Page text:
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How the pandemic made the idea of celebrity obsolete

Once the coronavirus pandemic sent the world indoors early this year, it seemed as if everyone packed up their life and moved it online — including celebrities. During a period of festival cancellations and paused film productions, our Hollywood superstars have been out of work and, like many of us, bored. As they tried to forge normalcy during a global pandemic, it became jarringly clear that the only difference between celebrities and their fans is money, more specifically, how much more of it they have than us.

The Kardashians have been roundly criticized for partying in the pandemic, especially Kim’s private island party where her family and friends could “pretend things were normal just for a brief moment in time.” Drake was called out in April for posing for a gaudy mansion photoshoot at the height of a global pandemic that, in addition to killing thousands of people daily, had caused millions to lose their primary source of income.

What fans wanted in 2020 was personal instead of aspirational. The pandemic made the old idea of celebrity obsolete. And now it might shape how we engage with celebrities for good.

What does a celebrity look like during a pandemic?

Ziwe Fumudoh, a comedian and comic writer based in Brooklyn, grew in popularity during the pandemic when she started hosting her own interview series on Instagram Live. Her show explores topics like politics and race, with a comedic, but educational tone. Often challenging other notable, mostly white, public figures to explore how they individually uphold white supremacist structures and fail to make concrete changes within their lifestyles and social circles, Fumudoh has become famous for putting white people on the spot. While her Instagram following is shy of 162,000 followers, hitting the million mark isn’t nearly as important as the relatable and therapeutic content she creates for her fans.

“She's so relatable. Honestly, she's not like any other person I've ever seen on the internet,” said Mia Brabham, a 26-year-old freelance writer in Raleigh, North Carolina. She first discovered Fumudoh on Twitter in June when tweets of the comedian were retweeted onto her timeline. After finding her content funny and relatable, Brabham began tuning into her show every Thursday, even setting an alarm as a reminder.

“She kind of connects people because she has a small fan base. I found myself engaging in her live chats,” Brabham said. “I'd talk with the people in the comments and then you'd randomly see Quinta or Ira Madison leave a comment too, and what everybody was saying would be so funny.”

Brabham describes Fumudoh’s show as altogether therapeutic, educational, and comedic. “This year has been hard, especially for people of color and for Black people in particular. I read one of her interviews after doing this deep dive and she talked about how her whole life, as a Black person being in predominantly white spaces, she was always the uncomfortable one. And now the tables are turned on her show.”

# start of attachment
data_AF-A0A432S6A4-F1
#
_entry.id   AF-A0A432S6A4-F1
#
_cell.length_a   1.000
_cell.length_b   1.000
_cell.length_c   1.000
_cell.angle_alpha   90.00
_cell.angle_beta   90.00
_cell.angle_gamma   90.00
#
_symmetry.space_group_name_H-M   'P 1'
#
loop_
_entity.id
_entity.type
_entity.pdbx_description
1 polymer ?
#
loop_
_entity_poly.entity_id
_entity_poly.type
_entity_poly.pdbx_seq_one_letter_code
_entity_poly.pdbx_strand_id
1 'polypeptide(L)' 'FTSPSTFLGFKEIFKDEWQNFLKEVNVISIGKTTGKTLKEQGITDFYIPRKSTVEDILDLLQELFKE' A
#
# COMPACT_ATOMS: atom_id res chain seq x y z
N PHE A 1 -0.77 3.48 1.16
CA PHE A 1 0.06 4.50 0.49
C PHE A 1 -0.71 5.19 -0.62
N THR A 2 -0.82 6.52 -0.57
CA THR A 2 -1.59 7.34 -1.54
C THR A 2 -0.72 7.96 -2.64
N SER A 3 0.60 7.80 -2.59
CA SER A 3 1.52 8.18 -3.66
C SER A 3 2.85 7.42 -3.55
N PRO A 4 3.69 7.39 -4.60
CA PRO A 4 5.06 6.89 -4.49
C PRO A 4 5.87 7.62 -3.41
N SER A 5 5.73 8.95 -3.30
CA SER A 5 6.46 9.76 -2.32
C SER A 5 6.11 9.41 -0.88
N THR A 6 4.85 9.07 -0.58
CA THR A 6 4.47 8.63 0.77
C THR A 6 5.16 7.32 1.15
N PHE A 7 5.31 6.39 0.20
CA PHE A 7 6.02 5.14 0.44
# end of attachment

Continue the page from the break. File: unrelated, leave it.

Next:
The gap between mega-celebrities and regular people has become too wide to sustain. What has developed in its place is more community-driven. The pandemic has forced us all indoors but it has had the effect of prioritizing public figures who can bring people together.

Similar to Fumudoh, Ira Madison is another public figure whose fan base grew during the pandemic. Working as a television writer and podcaster, and known for his culture reporting at GQ and The Daily Beast, 34-year-old Madison is famous for keeping it real.

“Following Ira is kind of like following a friend that you've had for a while. Him being a Black, queer man from the Midwest, and a millenial, gives this sense of realism about him,” said Saavon Smalls, a 24- year-old, digital strategist in D.C. A friend recommended Madison’s “Keep It” podcast to Smalls at the height of the pandemic in March, and from there, he became a fan. “I think he gets a lot of what everyday people go through. Rather than trying to talk about stuff from a place he can't understand, he always brings it down to a level that's relatable, yet still funny.”

Once COVID hit, Smalls began distancing himself from a lot of the big celebrities he followed on Twitter and Instagram and turning more to podcasters, writers, and talk show hosts with smaller followings and a similar identity. “I think a lot of times celebrities are so focused on the glamorous aspect of their life,” he said. “During a pandemic, I didn’t care to see that. I want to be able to feel like I can relate to my celebrities and that at the end of the day, they are real people.”